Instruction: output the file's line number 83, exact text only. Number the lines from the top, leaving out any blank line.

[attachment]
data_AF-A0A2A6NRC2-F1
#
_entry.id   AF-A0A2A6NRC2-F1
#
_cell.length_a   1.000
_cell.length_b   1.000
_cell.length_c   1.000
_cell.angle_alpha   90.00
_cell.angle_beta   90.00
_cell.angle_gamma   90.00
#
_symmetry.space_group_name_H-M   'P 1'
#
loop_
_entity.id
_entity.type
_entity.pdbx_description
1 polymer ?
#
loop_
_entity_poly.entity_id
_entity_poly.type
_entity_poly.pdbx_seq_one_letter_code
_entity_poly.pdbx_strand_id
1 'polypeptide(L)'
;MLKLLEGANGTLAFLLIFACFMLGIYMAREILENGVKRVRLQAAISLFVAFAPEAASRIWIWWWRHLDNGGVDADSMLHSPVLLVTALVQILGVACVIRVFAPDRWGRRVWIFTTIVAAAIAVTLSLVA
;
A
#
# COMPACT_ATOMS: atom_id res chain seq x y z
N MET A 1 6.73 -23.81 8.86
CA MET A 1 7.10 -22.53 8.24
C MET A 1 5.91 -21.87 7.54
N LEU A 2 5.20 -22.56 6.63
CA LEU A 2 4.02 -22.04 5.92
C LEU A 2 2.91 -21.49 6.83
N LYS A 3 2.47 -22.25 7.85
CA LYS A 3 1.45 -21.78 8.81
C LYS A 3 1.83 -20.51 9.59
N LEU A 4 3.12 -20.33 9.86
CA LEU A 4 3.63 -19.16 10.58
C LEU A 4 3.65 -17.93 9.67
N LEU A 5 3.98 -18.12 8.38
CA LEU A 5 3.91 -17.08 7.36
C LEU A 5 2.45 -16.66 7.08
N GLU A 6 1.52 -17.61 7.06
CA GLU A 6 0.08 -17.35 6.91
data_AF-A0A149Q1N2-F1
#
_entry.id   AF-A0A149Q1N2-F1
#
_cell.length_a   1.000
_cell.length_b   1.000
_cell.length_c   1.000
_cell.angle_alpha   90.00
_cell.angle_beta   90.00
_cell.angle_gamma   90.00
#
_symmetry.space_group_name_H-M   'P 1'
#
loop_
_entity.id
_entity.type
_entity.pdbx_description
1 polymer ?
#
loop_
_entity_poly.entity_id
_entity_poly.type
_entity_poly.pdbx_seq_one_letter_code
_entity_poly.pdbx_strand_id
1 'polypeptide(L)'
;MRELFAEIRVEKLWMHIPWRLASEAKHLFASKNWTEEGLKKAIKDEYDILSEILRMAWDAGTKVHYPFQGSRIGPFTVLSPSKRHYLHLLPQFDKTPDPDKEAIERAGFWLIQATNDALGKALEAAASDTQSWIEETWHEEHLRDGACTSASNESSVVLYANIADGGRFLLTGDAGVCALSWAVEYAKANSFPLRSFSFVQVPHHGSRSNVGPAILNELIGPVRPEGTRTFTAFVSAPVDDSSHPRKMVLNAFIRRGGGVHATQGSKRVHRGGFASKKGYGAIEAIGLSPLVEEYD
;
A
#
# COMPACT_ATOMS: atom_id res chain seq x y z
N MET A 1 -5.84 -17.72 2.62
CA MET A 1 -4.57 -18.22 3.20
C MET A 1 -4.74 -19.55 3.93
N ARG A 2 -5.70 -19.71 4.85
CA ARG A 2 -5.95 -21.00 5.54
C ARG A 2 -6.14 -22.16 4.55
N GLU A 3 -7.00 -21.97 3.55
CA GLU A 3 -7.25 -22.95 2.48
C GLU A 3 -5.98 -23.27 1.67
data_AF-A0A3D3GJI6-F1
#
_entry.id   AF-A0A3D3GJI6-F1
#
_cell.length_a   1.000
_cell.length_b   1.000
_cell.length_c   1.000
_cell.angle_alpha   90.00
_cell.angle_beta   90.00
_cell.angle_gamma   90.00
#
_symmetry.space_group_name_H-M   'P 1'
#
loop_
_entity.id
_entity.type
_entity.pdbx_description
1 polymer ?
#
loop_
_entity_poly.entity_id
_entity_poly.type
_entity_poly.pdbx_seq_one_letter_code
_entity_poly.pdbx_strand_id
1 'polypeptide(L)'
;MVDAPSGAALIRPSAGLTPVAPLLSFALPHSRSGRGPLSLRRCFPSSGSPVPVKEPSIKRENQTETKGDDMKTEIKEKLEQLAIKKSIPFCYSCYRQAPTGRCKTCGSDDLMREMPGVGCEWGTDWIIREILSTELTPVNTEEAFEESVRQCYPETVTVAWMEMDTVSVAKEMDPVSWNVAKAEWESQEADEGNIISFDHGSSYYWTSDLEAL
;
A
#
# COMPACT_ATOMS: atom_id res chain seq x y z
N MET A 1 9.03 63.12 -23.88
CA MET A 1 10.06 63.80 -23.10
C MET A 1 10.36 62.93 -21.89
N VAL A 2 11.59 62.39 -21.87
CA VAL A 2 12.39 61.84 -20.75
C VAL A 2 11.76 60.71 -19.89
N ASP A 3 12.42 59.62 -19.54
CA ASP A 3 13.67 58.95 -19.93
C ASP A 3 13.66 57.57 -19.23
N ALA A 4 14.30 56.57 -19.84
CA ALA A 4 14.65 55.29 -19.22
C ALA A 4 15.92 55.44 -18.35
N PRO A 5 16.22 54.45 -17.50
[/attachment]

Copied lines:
C ARG A 2 -6.14 -22.16 4.55